It’s hard to believe that our time in the northeastern US and Ontario has already come to an end. We’ve had some great adventures, and my mom and dad keep telling me how beautiful the fall colors have been this year. Which brings up the age-old question: Are dogs color blind?
Definitely not. The squirrels here are a deep black color – one of the main reasons, I’m sure, that Heather and Benjy bring me to this part of the world!
Besides, when I was last in Santa Barbara (please see my May 2009 post “A Day At The Beach”), some of my canine friends on the beach told me about a study at the University there about how we see color. Here’s what they discovered:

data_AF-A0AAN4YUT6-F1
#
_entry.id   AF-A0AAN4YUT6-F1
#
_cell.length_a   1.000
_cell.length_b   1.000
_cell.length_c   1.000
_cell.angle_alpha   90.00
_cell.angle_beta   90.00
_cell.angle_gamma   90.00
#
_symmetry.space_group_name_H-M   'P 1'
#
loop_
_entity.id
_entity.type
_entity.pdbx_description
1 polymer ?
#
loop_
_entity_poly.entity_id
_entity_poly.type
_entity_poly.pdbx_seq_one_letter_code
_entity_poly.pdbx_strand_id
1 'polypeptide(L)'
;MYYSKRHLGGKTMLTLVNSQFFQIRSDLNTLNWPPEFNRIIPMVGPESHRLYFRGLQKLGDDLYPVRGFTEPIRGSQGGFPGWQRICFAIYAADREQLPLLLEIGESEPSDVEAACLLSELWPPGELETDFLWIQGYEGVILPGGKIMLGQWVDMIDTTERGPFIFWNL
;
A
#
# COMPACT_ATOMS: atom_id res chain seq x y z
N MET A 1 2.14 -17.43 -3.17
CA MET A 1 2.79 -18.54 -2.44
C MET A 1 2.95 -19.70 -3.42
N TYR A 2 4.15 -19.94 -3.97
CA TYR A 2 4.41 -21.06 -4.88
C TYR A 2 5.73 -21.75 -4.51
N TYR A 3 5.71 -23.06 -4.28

1. Dogs’ retinas have fewer cone cells, which contain pigments that perceive specific color wavelengths and help animals to see and distinguish colors.
2. Dogs are dichromatic, which means we can see only two primary colors – blue and yellow and their combinations, while humans are trichromatic (they can see three primary colors – red, green and blue – RGB, and their combinations).
Hope you are enjoying the yellows and blues in your world – and may your dog dish always be full!